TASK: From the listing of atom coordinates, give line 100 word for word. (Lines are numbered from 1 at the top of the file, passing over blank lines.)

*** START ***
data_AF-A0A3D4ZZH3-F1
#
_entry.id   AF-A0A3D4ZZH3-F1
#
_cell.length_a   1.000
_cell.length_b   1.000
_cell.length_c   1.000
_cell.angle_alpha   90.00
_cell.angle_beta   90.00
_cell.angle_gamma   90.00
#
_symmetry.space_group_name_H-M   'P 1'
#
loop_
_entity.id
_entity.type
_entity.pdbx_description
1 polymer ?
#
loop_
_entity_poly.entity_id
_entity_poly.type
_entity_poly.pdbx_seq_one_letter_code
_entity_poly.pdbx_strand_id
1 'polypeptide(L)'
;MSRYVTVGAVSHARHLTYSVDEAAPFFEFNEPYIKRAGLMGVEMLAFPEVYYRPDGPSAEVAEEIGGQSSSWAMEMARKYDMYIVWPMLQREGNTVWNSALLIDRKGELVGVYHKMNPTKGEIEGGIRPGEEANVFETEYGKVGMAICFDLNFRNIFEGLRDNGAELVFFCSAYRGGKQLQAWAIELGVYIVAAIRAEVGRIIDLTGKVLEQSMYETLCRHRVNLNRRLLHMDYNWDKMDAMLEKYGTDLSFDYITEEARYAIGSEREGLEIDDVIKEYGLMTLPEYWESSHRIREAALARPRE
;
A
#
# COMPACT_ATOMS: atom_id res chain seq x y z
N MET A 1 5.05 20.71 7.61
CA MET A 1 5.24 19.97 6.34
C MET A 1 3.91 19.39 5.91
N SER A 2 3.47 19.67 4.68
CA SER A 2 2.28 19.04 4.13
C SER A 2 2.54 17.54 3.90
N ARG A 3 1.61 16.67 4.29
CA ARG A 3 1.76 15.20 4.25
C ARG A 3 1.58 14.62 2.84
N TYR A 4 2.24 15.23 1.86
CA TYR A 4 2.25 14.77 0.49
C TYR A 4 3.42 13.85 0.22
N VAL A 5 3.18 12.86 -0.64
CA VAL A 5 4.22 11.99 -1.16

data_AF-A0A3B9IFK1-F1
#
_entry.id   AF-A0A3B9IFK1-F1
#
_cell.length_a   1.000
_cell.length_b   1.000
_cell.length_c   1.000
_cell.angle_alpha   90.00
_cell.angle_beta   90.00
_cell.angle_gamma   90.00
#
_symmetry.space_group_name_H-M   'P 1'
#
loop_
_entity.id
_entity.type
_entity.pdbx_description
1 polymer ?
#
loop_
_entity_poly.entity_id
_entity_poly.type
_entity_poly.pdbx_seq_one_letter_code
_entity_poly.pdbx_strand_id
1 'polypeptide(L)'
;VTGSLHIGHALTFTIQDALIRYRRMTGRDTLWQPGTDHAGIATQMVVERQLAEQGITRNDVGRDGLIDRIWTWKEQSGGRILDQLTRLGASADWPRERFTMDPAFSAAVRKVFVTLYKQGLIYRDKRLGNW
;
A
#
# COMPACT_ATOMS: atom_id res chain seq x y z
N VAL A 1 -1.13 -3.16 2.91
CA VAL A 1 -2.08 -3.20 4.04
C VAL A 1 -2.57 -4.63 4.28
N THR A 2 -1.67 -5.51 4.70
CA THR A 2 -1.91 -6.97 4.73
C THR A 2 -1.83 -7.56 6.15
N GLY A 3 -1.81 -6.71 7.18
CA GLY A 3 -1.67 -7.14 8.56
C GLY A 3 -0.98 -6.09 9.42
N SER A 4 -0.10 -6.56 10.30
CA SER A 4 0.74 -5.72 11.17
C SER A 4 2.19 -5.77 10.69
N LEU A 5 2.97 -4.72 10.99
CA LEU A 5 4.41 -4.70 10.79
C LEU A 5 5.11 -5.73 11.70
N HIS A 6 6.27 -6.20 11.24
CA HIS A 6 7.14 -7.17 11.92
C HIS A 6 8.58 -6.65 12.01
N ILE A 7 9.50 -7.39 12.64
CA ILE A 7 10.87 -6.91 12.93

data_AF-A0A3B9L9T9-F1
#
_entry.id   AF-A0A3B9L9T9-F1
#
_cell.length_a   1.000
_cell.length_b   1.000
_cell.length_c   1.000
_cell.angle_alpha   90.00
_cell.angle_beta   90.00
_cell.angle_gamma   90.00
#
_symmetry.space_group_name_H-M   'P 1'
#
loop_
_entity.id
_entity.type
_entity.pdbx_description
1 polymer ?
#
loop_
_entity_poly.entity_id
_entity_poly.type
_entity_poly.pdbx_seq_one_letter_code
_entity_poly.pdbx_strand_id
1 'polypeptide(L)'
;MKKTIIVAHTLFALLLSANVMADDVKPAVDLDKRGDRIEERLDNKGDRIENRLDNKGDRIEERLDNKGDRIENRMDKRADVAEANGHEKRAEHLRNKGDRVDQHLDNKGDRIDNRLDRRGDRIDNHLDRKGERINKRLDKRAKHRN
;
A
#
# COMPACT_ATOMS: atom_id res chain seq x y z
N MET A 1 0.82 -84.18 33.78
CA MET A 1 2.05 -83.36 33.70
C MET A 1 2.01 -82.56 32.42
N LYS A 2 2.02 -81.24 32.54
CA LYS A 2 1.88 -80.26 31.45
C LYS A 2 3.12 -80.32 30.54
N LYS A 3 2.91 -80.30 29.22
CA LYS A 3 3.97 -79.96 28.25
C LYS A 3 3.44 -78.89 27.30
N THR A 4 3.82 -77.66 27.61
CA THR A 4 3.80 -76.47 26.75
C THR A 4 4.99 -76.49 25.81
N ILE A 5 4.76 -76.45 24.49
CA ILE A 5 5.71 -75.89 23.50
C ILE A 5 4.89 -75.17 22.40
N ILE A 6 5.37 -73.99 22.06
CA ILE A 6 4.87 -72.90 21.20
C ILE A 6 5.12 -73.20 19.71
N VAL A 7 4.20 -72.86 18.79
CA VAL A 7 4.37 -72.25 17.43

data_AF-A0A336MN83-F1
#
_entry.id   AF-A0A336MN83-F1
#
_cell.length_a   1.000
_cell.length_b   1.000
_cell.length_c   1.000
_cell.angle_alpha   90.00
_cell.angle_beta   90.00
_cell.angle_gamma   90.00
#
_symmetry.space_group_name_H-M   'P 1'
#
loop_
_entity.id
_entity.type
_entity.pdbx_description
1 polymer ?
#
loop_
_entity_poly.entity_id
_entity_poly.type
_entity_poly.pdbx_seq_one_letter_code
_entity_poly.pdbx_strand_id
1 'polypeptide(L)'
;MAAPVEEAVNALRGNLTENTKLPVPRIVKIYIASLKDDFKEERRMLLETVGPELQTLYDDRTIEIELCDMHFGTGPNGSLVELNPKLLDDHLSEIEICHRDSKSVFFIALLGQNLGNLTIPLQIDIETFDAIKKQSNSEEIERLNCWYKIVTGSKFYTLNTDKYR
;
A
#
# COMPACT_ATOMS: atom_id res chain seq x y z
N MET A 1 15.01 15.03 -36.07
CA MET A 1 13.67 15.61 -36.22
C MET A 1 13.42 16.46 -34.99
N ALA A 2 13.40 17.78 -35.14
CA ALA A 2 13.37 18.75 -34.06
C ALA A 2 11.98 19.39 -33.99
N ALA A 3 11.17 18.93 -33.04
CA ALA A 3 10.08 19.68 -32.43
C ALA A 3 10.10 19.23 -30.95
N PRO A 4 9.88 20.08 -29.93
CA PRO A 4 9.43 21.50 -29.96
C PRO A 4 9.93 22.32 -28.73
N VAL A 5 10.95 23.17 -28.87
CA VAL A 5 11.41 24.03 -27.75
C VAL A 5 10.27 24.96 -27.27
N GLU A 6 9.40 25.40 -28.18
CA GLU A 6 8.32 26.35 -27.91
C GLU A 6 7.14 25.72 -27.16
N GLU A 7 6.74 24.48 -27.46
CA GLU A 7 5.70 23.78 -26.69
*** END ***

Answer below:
_cell.length_b   1.000